In a decision dated May 14, 2020, the Hon. Margaret A. Chan of the New York County Supreme Court dismissed the plaintiff’s entire complaint, which alleged causes of action pursuant to Labor Law §§240(1), 241(6), 200 and for common law negligence against our clients, NYY Steak Manhattan, LLC (“NYY Steak”) and Plaza Construction Corp. (“Plaza”). The plaintiff, a steamfitter, employed by Day & Nite Refrigeration, alleged that he sustained personal injuries when he was transporting a refrigeration unit at a renovation project. NYY Steak was the lessee of the property and it retained Plaza as the construction manager for the project. The plaintiff alleged that he was walking backwards while pulling a dolly which held a refrigeration unit, as his co-worker was pushing the cart. While doing so, the plaintiff stepped on a piece of wood and then fell into an elevator pit that was 18 inches deep. The Court dismissed the plaintiff’s Labor Law §240(1) claim. It held that this section did not apply to the plaintiff’s fall into an 18 inch hole as he was performing his assigned task of delivering a refrigeration unit while pushing a cart. The Court also dismissed the plaintiff’s §241(6) claim on the ground that none of the Industrial Code Rules alleged by the plaintiff applied. Additionally, the Court dismissed the plaintiff’s Labor Law §200 and common law negligence claims based on the absence of any evidence that NYY Steak or Plaza supervised or controlled the injury-producing work or that it created the alleged dangerous condition or had notice of it prior to the accident.
Kevin McGonigal v. NYY Steak Manhattan, LLC, et al., Index No. 158327/2013 (N.Y. Co. Sup. Ct. May 14, 2020)
In a decision dated May 29, 2020, the Hon.
James Auguste of the New York County Supreme Court granted our client, the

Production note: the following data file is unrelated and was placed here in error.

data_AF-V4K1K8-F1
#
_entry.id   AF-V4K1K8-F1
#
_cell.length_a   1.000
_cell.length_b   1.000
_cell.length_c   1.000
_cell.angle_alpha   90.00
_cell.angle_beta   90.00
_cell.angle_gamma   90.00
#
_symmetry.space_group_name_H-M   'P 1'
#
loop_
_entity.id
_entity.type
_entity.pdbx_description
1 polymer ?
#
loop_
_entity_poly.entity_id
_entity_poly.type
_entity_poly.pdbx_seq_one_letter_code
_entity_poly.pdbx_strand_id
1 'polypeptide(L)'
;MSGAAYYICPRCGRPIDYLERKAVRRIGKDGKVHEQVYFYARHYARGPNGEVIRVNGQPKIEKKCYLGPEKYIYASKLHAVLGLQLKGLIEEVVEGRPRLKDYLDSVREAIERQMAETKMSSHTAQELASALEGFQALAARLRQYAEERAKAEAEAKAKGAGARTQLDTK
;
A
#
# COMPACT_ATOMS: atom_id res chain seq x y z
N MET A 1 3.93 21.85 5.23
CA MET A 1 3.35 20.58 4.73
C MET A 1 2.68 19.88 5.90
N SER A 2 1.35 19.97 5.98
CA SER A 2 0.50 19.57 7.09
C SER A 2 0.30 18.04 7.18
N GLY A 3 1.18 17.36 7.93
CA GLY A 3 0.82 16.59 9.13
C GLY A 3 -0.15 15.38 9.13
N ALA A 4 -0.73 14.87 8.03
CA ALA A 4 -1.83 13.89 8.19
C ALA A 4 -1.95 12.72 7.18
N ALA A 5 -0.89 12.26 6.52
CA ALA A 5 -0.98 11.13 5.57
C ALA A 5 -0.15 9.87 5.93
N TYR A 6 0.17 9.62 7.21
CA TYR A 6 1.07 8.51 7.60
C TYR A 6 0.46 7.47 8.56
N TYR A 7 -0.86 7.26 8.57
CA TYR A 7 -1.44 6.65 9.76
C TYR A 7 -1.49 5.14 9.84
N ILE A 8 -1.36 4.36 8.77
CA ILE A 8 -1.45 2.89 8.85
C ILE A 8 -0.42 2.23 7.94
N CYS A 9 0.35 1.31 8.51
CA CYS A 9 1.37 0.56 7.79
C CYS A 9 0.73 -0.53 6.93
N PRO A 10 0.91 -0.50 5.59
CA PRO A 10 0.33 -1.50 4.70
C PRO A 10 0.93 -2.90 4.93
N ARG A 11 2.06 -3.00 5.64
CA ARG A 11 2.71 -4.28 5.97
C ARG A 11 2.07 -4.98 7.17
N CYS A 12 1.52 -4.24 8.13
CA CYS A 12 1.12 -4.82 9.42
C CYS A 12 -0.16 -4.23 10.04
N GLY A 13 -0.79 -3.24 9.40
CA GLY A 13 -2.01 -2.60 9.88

Metropolitan Transportation Authority (“MTA”), summary judgment dismissing the
plaintiff’s entire complaint as against it. The plaintiff laborer was
employed by the general contractor, non-party Plaza Construction (“Plaza”), on
the construction of the Fulton Street Transit Center in Manhattan. The
alleged accident occurred following the delivery of a dumpster container to the
construction site. The plaintiff was attempting to close one of two gates
that opened outward from a perimeter fence when a gust of wind allegedly blew
the other gate into the plaintiff’s body, causing him to make contact with a
dumpster container. The MTA sought summary judgment dismissing the
plaintiff’s causes of action pursuant to Labor Law §§240(1), 241(6) and 200 and
for common-law negligence, as well as dismissal of the claim for damages based
on alleged hearing loss on the grounds that it was untimely due to the
plaintiff’s failure to include this allegation in the Notice of Claim.
The plaintiff did not oppose dismissal of the §§240(1) and 241(6) claims or the
damages claim for alleged hearing loss. With respect to the Labor Law §200
and common-law negligence claims, the Court held that the MTA established as a
matter of law that it neither created nor had actual or constructive notice of
the alleged condition of the gate and the MTA did not have any supervisory
control over this area or the plaintiff’s work.
James Stack v. Metropolitan Transportation